UTHSCSA Faculty Profiles v1.0

Kudolo, George B

School of Health Professions
Clinical Laboratory Sciences
(210) 567-4316

My primary responsibility is teaching clinical chemistry and research courses in the undergraduate Clinical Laboratory Sciences program, laboratory medicine to the students in the Masters in Physician Assistant Studies and the advisor and sole instructor in toxicology, and director of the Graduate Toxicology Program.

In the Clinical Laboratory Sciences, I emphasize how accurately clinical chemistry tests (specimen choice, quality and the role of interferences) must be performed to help the physician make diagnosis, monitor and treatment of diseases. In the Physician Assistant Program the emphasis is on the interpretation of the results from the laboratory and who to contact for further help in requesting appropriate tests and how to reduce duplicate and unnecessary tests. In the Graduate Toxicology program, which specializes in postmortem Forensic Toxicology, the emphasis shifts to when things go wrong and the fatality from properly or improperly prescribed drugs. Here the emphasis is on the measurement of drugs in body fluids in the living and the dead to help the medical examiner determine the cause of death, manner of death and the mechanism of death.
The following three objectives form the pillars that drive teaching philosophies across the three programs: (1). Establish a unique and the best Graduate Toxicology Program in Texas, (2). Help students fulfill their expectations and develop their full potential, and (3). Produce highly educated well-rounded laboratory and healthcare workers.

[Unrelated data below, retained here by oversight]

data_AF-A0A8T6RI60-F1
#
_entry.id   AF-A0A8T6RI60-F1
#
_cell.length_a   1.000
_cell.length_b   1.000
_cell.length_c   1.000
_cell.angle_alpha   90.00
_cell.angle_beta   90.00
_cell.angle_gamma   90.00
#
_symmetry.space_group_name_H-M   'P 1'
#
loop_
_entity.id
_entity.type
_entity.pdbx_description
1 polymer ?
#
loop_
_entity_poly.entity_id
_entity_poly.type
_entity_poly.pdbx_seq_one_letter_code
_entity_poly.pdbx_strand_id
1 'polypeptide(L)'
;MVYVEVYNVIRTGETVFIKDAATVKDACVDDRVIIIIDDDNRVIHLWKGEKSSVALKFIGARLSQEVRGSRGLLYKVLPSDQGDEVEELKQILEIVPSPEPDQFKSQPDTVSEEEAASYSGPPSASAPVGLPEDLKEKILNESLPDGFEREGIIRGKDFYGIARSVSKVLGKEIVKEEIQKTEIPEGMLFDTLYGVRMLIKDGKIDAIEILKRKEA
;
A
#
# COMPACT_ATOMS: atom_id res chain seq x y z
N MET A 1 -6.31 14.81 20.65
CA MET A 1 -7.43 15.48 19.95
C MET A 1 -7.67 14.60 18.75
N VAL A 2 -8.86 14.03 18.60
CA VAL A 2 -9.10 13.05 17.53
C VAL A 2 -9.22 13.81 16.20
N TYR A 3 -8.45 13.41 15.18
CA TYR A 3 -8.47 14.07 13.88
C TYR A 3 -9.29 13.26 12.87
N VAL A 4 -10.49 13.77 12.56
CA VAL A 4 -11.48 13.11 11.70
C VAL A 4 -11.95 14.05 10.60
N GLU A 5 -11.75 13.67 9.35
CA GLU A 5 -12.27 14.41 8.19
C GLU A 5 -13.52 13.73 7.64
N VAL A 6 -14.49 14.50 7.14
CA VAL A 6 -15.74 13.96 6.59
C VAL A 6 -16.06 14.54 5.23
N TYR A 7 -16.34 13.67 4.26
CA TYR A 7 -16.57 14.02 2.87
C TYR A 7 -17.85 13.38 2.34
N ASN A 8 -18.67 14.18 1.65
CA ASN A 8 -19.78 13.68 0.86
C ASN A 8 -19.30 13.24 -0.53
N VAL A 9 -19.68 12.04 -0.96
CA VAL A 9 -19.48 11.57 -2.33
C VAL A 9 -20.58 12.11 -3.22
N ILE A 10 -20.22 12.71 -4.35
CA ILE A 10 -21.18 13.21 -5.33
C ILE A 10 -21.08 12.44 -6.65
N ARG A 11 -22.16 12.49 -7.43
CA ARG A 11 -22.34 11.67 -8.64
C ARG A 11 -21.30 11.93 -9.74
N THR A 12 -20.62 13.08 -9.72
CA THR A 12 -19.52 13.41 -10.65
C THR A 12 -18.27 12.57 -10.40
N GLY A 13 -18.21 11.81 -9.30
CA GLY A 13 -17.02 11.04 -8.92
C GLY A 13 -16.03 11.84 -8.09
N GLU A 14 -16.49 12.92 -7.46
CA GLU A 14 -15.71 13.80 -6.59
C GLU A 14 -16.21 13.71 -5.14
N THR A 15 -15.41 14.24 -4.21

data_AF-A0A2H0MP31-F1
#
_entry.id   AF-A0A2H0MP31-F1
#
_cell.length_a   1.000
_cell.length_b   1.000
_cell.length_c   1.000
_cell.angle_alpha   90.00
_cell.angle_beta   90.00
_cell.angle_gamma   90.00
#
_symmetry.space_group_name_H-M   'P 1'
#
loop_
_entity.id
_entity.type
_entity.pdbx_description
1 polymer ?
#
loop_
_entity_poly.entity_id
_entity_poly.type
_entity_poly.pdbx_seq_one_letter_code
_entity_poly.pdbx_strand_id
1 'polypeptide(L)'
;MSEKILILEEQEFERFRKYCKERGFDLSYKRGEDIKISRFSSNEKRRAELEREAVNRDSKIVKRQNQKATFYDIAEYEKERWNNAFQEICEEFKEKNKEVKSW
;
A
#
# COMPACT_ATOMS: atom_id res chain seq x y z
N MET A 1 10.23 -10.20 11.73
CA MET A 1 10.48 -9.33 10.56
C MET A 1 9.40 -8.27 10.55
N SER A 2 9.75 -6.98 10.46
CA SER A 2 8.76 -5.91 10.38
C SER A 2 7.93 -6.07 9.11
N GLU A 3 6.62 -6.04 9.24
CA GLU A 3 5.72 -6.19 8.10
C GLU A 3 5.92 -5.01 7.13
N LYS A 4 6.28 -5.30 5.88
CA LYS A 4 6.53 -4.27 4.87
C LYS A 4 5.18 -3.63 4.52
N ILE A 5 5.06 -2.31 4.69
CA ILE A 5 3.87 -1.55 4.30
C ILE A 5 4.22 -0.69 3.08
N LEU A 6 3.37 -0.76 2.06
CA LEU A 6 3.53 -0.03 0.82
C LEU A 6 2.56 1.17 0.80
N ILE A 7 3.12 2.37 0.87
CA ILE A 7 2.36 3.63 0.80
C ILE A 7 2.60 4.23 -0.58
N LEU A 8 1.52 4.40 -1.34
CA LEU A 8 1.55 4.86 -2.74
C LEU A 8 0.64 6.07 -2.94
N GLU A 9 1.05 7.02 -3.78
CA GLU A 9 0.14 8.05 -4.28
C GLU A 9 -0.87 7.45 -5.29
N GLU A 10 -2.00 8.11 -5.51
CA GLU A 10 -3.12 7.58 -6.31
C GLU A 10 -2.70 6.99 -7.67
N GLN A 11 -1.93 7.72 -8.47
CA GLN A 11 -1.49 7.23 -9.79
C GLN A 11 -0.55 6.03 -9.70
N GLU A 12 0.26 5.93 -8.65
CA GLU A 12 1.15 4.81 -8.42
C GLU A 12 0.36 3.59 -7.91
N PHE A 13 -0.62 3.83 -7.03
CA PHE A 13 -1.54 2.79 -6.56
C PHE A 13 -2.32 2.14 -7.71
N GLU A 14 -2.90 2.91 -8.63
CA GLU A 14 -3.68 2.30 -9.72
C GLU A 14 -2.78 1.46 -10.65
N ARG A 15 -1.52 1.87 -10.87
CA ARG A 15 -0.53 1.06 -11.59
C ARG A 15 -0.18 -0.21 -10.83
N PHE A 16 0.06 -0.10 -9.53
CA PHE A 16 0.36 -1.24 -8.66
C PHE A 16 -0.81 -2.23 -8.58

As a research scientist I have lived and worked on three continents, have conducted research in nutrition, diabetes, reproduction and Complementary and Alternative Medicine (CAM). I believe my research experience helps me to teach effectively in my clinical chemistry and toxicology courses. I consider myself a very versatile scientist, who has worked with animal models, from rats to non-human primates (Vervet and Sykes monkeys and baboons), and performed research on organ systems ranging from the female reproductive tract (ovaries and uterus and blastocysts) to the kidney and studied compounds from steroids to prostanoids. I have special interest in cardiovascular disease studying hypercholesterolemia and platelet function. I have conducted human clinical trials with orthodox medications (statins and hypoglycemic agents) as well as the herbal supplement Ginkgo biloba extract. My current interests are the effect of herbal remedies on clinical laboratory tests and postmenopausal symptoms, drug-herb interactions and toxicity, and soy phytoestrogens. I was first scientist to demonstrate that the ingestion of Ginkgo biloba extract induces an increase in beta cell pancreatic insulin production. I believe that the connection between Ginkgo biloba ingestion and memory enhancement is linked to increased brain insulin levels. I believe my studies in Ginkgo biloba extract may help to explain the drive to classify Alzheimers disease as Type III diabetes.
I have been a consultant (as part of my clinical practice) by local attorneys on legal cases involving postmortem toxicology and blood alcohols in fatal drunk driving.

My research activity has diminished because of my teaching load, as for the past 20 years, and single-handedly, I have had to develop the Graduate Toxicology Program from the ground up and be the only instructor in the program. This is a specialized program and trains only a handful of toxicologists a year but it is a very important area that must be supported.

9/2008 - Present Adjunct Professor, School of Public Health, San Antonio Regional campus University of Texas School of Public Health, San Antonio Regional campus, San Antonio, TX
9/2005 - Present Full Professor with tenure and Graduate Toxicology Program Director University of Texas HSC, Clinical Laboratory Sciences, San Antonio, TX